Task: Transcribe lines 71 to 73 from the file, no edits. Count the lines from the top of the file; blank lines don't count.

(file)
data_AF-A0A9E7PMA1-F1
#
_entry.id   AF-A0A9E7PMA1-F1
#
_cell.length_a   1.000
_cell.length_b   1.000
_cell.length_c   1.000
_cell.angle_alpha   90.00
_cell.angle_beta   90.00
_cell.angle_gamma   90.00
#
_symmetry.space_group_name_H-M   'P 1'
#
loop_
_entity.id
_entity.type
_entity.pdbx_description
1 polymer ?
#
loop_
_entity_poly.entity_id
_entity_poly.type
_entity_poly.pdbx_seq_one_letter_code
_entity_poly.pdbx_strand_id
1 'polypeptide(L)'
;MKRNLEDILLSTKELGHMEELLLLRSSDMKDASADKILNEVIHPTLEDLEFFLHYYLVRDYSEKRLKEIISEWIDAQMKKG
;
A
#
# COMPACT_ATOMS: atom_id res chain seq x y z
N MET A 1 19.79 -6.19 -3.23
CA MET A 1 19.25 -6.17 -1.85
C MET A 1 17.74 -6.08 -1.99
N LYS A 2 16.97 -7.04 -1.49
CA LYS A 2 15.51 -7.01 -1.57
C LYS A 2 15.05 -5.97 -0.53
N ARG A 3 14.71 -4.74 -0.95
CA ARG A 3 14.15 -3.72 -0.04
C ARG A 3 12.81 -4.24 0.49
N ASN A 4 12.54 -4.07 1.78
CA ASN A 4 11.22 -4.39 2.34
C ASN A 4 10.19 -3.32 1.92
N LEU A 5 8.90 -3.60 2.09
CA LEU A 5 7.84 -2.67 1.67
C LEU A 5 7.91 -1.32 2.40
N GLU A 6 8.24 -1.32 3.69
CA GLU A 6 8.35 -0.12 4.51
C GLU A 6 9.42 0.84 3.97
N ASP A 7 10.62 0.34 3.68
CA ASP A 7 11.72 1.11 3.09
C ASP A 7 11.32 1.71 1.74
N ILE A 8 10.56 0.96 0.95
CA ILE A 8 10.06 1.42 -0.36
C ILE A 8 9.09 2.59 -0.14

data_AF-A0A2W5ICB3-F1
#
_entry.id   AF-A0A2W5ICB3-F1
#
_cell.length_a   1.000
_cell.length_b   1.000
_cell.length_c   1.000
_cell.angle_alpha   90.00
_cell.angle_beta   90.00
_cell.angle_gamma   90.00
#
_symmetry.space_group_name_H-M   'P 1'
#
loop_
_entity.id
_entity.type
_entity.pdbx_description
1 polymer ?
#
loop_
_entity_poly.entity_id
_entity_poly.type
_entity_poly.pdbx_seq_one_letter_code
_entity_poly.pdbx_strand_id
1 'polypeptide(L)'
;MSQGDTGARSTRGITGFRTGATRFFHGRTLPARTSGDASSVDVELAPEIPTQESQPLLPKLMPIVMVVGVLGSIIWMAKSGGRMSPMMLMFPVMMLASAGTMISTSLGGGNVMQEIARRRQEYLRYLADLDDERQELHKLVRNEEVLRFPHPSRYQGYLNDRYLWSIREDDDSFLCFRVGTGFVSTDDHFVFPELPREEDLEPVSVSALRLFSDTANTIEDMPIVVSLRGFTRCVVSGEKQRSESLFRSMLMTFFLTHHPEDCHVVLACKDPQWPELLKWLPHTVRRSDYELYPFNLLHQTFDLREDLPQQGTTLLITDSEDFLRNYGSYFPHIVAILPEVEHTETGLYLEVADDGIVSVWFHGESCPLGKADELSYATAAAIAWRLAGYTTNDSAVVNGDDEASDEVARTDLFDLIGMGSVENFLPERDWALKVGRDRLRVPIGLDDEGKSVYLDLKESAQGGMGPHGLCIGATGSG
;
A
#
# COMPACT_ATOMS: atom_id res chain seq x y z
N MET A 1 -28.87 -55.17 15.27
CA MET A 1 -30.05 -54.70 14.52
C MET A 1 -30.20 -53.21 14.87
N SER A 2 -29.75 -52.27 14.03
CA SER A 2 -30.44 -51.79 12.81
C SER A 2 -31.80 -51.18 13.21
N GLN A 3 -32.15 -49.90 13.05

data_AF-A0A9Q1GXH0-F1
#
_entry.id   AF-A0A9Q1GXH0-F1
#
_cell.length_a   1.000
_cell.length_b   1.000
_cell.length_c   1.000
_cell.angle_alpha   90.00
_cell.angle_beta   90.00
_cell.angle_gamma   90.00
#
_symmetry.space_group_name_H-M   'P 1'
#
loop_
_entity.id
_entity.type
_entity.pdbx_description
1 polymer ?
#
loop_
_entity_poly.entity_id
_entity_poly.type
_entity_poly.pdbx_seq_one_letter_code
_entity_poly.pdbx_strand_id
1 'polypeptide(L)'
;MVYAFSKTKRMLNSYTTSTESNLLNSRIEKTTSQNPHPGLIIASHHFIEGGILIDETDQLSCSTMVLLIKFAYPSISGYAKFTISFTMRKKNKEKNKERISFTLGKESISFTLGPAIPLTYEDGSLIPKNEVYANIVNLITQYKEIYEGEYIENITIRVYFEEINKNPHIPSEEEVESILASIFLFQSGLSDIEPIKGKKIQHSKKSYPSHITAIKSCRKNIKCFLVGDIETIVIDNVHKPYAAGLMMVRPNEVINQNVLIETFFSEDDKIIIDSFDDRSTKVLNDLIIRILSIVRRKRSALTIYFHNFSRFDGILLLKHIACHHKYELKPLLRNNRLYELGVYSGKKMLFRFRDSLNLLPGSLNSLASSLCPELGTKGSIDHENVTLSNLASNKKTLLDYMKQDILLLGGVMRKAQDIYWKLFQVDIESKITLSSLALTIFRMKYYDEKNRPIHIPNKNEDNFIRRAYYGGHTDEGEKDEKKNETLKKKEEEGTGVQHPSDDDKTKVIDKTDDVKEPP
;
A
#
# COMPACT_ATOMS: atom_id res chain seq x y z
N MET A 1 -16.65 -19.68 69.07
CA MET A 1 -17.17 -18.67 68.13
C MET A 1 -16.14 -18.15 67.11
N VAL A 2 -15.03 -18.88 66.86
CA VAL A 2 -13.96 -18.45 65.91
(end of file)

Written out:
_entity.pdbx_description
1 polymer ?
#